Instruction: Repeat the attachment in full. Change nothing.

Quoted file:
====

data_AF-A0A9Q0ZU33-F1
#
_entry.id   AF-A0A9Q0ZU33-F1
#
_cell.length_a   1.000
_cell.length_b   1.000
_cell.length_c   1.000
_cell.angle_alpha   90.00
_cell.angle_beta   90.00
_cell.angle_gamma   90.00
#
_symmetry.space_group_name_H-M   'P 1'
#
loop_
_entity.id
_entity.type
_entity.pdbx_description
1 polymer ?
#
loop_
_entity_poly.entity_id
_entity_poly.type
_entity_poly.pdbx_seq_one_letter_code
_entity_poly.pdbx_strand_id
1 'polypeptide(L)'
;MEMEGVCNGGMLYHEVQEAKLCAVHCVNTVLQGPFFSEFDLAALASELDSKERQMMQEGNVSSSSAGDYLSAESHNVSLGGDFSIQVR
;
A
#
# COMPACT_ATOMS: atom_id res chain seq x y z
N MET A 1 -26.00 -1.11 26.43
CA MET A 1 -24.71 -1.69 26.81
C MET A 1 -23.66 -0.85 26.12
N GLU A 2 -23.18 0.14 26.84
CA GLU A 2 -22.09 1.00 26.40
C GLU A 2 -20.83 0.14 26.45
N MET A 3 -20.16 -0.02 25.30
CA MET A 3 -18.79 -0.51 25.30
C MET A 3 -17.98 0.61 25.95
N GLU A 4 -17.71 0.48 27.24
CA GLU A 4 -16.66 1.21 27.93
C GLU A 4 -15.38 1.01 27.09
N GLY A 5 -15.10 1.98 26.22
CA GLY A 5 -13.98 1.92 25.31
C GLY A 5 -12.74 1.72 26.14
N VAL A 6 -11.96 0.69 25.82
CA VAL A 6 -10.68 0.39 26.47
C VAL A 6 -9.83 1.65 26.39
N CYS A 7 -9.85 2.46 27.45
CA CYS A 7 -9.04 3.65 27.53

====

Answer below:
data_AF-A0A9Q0ZU33-F1
#
_entry.id   AF-A0A9Q0ZU33-F1
#
_cell.length_a   1.000
_cell.length_b   1.000
_cell.length_c   1.000
_cell.angle_alpha   90.00
_cell.angle_beta   90.00
_cell.angle_gamma   90.00
#
_symmetry.space_group_name_H-M   'P 1'
#
loop_
_entity.id
_entity.type
_entity.pdbx_description
1 polymer ?
#
loop_
_entity_poly.entity_id
_entity_poly.type
_entity_poly.pdbx_seq_one_letter_code
_entity_poly.pdbx_strand_id
1 'polypeptide(L)'
;MEMEGVCNGGMLYHEVQEAKLCAVHCVNTVLQGPFFSEFDLAALASELDSKERQMMQEGNVSSSSAGDYLSAESHNVSLGGDFSIQVR
;
A
#
# COMPACT_ATOMS: atom_id res chain seq x y z
N MET A 1 -26.00 -1.11 26.43
CA MET A 1 -24.71 -1.69 26.81
C MET A 1 -23.66 -0.85 26.12
N GLU A 2 -23.18 0.14 26.84
CA GLU A 2 -22.09 1.00 26.40
C GLU A 2 -20.83 0.14 26.45
N MET A 3 -20.16 -0.02 25.30
CA MET A 3 -18.79 -0.51 25.30
C MET A 3 -17.98 0.61 25.95
N GLU A 4 -17.71 0.48 27.24
CA GLU A 4 -16.66 1.21 27.93
C GLU A 4 -15.38 1.01 27.09
N GLY A 5 -15.10 1.98 26.22
CA GLY A 5 -13.98 1.92 25.31
C GLY A 5 -12.74 1.72 26.14
N VAL A 6 -11.96 0.69 25.82
CA VAL A 6 -10.68 0.39 26.47
C VAL A 6 -9.83 1.65 26.39
N CYS A 7 -9.85 2.46 27.45
CA CYS A 7 -9.04 3.65 27.53